What You May Not Know About Your Employer-Sponsored Retirement Plan

Your retirement plan is a valuable benefit that allows you to save for your future in a convenient way. But you probably knew that already. Here’s a short quiz about some important plan features you may not know about.

Do you know what an SPD is?

SPD stands for Summary Plan Description. It is a plain-language description of your rights, benefits, and responsibilities under the plan. SPDs must be provided to all participants and beneficiaries shortly after their coverage under the plan begins (within 90 days). If the terms of your plan change significantly, you should receive an SMM (Summary of Material Modifications), also written in plain language, explaining the changes.

Do you know your limit?

The federal tax law limits the amount of annual pay employees may contribute to tax-deferred retirement plans. The IRS periodically adjusts the dollar limits for inflation. However, your plan may set a different limit — lower but not higher. The tax law also permits individuals who are age 50 or older to make “catch-up” contributions (within an annual limit). Your plan may or may not allow them. Check your SPD to find out what types of contributions your plan allows and what the limits are.

Do you know if contributions to your account are vested?

To answer this question, you must know what being vested means. Essentially, being vested means that you “own” the money in your account. You are always 100% vested in the contributions you make to your account and any related investment earnings.

If your employer also contributes to your account, the plan may have a vesting schedule that spells out how long you have to work for your employer before you become entitled to those benefits. If you terminate employment before you are 100% vested, you forfeit all or part of that benefit. You can find your plan’s vesting schedule in your SPD.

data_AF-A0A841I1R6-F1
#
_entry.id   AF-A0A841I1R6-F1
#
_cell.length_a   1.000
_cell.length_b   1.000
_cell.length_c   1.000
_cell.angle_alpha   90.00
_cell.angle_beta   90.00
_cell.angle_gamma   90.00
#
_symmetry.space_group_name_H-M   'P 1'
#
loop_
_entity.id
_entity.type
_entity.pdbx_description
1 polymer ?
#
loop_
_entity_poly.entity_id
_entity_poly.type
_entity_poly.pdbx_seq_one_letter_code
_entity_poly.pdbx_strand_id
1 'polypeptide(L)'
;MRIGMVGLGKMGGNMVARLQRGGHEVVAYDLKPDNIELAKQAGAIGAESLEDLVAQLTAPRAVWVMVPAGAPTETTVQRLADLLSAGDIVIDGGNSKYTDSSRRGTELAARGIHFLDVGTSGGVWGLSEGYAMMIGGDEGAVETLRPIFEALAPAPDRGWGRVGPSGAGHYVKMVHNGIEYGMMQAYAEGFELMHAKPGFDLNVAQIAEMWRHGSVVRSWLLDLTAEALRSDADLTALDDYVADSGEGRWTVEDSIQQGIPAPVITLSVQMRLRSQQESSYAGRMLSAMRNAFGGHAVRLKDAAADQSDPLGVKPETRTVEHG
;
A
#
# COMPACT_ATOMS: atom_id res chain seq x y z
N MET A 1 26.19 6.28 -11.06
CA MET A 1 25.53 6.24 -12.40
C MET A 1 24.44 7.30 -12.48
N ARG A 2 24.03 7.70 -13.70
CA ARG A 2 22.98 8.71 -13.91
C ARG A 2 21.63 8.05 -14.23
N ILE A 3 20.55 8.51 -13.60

Do you know when you can take money out of your plan?

You probably have various options for taking money out of your plan. Some plans allow participants to borrow money from their accounts and then repay their loans, plus interest. Some plans allow hardship withdrawals. These are limited to participants who have an immediate and serious financial need.

When you leave your employer, you may be eligible for a distribution. Depending on your age and how you take the distribution, you may have to pay income tax on the distribution and possibly a 10% penalty. If you still have savings in your plan when you reach age 70½, you’ll have to begin taking annual minimum distributions, unless you are still employed by the plan sponsor and the plan allows you to defer distributions until you retire.

A word of caution: Taking money out of your plan before you retire may be hazardous to your future financial health. If at all possible, avoid plan loans and hardship withdrawals. If you change jobs, consider preserving your savings by keeping them in the plan (if allowed) or by rolling the money over to another tax-deferred account.

To Learn More . . .

Your plan’s SPD provides important information about all aspects of your plan. Keep your copy handy so you can refer to it. To make the most of your plan, you’ll also want to take advantage of any other educational resources available to you. If you can’t find the answer to a question or you have concerns, contact your plan administrator.